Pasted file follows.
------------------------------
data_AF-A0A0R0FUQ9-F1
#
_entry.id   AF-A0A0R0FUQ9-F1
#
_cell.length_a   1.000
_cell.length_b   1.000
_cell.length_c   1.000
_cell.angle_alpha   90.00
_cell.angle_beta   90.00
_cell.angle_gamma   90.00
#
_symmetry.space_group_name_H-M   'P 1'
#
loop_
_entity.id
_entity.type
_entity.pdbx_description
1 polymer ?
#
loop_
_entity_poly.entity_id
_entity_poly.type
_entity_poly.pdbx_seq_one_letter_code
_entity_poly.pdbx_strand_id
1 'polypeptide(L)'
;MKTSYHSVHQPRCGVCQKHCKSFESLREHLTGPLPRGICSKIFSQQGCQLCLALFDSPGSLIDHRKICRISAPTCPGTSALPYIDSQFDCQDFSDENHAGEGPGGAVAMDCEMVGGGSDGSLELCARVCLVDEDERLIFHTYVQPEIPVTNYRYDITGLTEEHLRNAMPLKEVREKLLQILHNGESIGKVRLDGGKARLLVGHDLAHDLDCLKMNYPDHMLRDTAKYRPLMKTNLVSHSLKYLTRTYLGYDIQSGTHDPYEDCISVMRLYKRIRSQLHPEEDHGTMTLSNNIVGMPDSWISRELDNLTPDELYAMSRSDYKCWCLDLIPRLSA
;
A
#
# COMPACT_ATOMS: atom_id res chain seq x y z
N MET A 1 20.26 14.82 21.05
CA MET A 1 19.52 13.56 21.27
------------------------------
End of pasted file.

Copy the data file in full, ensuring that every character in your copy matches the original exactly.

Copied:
data_AF-A0A0R0FUQ9-F1
#
_entry.id   AF-A0A0R0FUQ9-F1
#
_cell.length_a   1.000
_cell.length_b   1.000
_cell.length_c   1.000
_cell.angle_alpha   90.00
_cell.angle_beta   90.00
_cell.angle_gamma   90.00
#
_symmetry.space_group_name_H-M   'P 1'
#
loop_
_entity.id
_entity.type
_entity.pdbx_description
1 polymer ?
#
loop_
_entity_poly.entity_id
_entity_poly.type
_entity_poly.pdbx_seq_one_letter_code
_entity_poly.pdbx_strand_id
1 'polypeptide(L)'
;MKTSYHSVHQPRCGVCQKHCKSFESLREHLTGPLPRGICSKIFSQQGCQLCLALFDSPGSLIDHRKICRISAPTCPGTSALPYIDSQFDCQDFSDENHAGEGPGGAVAMDCEMVGGGSDGSLELCARVCLVDEDERLIFHTYVQPEIPVTNYRYDITGLTEEHLRNAMPLKEVREKLLQILHNGESIGKVRLDGGKARLLVGHDLAHDLDCLKMNYPDHMLRDTAKYRPLMKTNLVSHSLKYLTRTYLGYDIQSGTHDPYEDCISVMRLYKRIRSQLHPEEDHGTMTLSNNIVGMPDSWISRELDNLTPDELYAMSRSDYKCWCLDLIPRLSA
;
A
#
# COMPACT_ATOMS: atom_id res chain seq x y z
N MET A 1 20.26 14.82 21.05
CA MET A 1 19.52 13.56 21.27